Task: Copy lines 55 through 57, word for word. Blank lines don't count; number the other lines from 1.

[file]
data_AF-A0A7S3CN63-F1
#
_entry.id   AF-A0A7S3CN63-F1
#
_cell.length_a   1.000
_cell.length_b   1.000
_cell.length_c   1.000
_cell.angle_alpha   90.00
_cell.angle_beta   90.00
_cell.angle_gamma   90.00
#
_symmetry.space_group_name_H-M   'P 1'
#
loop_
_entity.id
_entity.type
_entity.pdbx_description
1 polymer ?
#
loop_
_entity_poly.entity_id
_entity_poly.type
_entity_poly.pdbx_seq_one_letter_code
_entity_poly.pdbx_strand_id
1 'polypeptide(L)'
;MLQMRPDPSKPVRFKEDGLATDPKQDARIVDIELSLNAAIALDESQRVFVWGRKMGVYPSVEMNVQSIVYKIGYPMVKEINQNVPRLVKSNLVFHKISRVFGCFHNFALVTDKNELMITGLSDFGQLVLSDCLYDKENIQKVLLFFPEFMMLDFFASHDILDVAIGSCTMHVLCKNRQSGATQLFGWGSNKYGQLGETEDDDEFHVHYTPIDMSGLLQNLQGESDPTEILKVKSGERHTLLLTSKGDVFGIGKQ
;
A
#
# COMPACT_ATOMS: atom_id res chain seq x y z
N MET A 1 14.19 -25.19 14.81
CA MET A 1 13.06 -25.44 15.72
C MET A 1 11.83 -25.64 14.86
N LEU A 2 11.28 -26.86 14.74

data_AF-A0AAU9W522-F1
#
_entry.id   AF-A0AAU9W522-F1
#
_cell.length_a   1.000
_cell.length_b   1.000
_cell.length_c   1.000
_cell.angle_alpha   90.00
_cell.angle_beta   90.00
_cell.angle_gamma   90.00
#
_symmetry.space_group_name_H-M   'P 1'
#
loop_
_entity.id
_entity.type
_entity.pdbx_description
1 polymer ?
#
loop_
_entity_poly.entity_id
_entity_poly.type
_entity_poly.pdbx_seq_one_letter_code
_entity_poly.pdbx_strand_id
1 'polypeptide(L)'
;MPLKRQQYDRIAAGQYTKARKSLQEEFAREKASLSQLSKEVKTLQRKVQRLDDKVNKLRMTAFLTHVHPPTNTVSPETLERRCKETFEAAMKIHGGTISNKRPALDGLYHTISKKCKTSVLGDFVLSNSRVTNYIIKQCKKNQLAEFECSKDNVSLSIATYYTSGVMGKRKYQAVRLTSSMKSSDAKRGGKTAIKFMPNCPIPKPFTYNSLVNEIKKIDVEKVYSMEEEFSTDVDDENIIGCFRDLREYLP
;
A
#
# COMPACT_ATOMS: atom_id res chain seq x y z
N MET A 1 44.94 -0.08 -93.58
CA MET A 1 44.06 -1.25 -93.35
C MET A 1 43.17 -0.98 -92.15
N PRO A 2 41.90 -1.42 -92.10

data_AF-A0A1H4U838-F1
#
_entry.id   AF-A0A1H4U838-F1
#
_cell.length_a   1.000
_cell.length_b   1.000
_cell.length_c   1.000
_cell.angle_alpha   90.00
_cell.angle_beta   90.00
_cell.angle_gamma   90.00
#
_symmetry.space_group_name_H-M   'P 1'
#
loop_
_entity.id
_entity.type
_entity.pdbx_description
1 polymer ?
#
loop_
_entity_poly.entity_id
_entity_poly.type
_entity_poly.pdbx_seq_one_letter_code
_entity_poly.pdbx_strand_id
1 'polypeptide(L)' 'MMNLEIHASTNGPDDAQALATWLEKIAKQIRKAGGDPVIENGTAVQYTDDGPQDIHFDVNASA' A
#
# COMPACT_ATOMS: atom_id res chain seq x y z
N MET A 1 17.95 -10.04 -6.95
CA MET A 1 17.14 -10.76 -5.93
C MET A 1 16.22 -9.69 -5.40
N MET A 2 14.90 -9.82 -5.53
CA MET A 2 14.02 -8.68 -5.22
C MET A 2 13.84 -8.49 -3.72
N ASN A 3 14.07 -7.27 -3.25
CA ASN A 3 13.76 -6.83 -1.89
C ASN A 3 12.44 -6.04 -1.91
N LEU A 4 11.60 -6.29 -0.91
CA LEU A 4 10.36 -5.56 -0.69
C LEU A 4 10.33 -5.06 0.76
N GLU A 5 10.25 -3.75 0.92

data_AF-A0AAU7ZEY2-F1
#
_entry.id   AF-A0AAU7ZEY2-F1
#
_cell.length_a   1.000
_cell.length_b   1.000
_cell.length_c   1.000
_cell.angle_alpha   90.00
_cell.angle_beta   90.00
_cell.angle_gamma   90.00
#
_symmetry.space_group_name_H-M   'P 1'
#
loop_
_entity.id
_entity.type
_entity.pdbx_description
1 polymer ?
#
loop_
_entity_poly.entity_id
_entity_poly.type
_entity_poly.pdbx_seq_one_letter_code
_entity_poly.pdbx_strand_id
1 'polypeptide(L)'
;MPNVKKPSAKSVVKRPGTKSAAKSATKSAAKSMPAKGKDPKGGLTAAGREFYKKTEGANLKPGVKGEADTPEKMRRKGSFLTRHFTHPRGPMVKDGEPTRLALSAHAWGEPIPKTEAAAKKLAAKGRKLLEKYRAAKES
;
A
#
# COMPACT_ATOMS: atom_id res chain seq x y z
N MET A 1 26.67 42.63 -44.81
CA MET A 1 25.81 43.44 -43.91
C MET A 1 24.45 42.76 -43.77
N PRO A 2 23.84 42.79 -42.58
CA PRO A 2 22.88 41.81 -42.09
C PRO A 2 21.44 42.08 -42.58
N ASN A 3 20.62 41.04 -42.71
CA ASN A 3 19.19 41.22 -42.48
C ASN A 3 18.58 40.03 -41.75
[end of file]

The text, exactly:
_entity_poly.entity_id
_entity_poly.type
_entity_poly.pdbx_seq_one_letter_code